Christian publishers meet pandemic publishing challenges with creative ministry outreach
(Colorado Springs, CO)–Times of crisis require innovation, and Christian publishers in less-resourced countries are up to the challenge. Despite the hardships posed by lockdowns and scarcity of resources, Christian publishers are staying relevant and active during the COVID-19 pandemic.
Magazine Training International (MTI) is dedicated to helping Christian leaders navigate the perils of publishing during the pandemic in order to meet the needs of their readers and support their staff. As MTI finds ways to fulfill its mission, magazine publishers around the globe are reporting on what they are doing to grow and serve their readership.
The new ministry outreach experiments for print and digital publications are varied. For Francis Ayieko, publisher of The Shepherd newspaper in Kenya, the pandemic was the push his publication needed to reach a digital audience.
“It became clear that the only way we could continue serving our readers in the midst of the pandemic was to go online,” said Ayieko. By the end of the first month of digital publishing, traffic to their website had increased by 1,700 percent.
“The disruption and damage the pandemic has caused around the world is regrettable,” said Ayieko. “But we thank God for keeping us safe and using the hardships brought about by the virus to open our eyes to see opportunities we had neglected. We plan to continue publishing online even after we resume hard copy production.”
For Gökhan Talas of Miras Publishing Ministries in Turkey, the desperate need to provide hope was the driving force behind innovation. They recorded audio articles, TV programming, and webinars specifically about hope, showing God’s goodness in the crisis.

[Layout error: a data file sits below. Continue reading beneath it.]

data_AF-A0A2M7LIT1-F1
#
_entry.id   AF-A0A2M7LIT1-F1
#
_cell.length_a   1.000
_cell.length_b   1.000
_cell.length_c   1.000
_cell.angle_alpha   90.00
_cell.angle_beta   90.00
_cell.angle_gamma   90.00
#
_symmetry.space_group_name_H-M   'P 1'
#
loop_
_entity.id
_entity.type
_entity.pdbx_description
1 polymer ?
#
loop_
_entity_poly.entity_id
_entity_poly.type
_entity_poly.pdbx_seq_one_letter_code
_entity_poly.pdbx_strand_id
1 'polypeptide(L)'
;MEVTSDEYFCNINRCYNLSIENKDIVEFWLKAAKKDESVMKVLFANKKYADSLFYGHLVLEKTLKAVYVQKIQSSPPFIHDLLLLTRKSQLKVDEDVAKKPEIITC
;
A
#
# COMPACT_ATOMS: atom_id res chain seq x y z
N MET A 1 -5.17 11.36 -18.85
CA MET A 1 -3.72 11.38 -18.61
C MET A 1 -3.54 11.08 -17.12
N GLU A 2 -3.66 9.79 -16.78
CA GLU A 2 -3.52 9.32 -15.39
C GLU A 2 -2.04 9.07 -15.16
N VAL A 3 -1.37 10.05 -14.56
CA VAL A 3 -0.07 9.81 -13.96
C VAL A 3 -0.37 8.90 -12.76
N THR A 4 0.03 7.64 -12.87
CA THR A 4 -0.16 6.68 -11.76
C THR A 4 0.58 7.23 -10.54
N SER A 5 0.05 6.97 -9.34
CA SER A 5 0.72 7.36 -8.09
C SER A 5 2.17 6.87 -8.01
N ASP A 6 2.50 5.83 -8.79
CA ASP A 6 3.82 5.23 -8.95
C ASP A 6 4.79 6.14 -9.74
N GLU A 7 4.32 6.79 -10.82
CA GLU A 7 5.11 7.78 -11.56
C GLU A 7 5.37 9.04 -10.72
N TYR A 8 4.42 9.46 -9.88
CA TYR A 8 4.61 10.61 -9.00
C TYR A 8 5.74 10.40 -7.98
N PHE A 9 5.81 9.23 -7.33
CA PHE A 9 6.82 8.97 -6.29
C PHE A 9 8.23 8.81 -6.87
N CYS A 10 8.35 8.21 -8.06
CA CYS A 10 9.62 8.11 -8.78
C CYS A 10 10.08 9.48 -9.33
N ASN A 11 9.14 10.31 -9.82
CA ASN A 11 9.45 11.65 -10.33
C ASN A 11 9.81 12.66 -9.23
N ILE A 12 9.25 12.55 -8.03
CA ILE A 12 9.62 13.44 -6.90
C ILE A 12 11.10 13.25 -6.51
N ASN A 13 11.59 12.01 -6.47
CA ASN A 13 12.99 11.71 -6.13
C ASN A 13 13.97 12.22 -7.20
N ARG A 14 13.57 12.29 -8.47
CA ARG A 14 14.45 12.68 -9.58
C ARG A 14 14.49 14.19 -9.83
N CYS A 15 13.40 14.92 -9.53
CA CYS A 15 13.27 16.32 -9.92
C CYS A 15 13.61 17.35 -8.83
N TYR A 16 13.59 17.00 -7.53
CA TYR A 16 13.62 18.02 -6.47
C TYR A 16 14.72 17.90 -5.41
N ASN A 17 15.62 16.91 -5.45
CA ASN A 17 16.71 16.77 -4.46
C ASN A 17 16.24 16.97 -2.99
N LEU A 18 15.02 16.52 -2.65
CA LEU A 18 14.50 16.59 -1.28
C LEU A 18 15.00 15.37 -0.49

“People need hope, and we cannot stop serving them,” said Talas. “Our ministry gives people knowledge and understanding, but also hope and vision. We decided to make some changes to our methods and improve some of our ministries.”
His community’s need for renewed faith in the midst of trial inspired Emmanuel Manishimwe of Hope Community Action Africa in Uganda to create a personal blog. The blog will shift focus to that of Hope Community when the lockdown has been lifted.
“We know that if we follow this model from now on, we won’t be as broadly affected by the kind of short-term turbulence we’ve faced since March,” said Manishimwe.
In Nigeria, a two-day “Thriving in Uncertainty” online conference addressed the situations Africans face during the pandemic. Organized by Lara Odebiyi of Dabira Publishing, the conference drew attendees not only from the Dabira magazine readership and network, but from all over the world.
“After such an inspiring and life changing two-day conference in a digital space, the question arises, is this the new normal for Dabira magazine and our annual women’s conference? No one knows!” said Odebiyi.
As many around the globe are in various stages of lockdown and reopening, MTI continues to provide opportunities for professional development to Christians in publishing—and to be inspired by the innovative ways they are reaching their readers.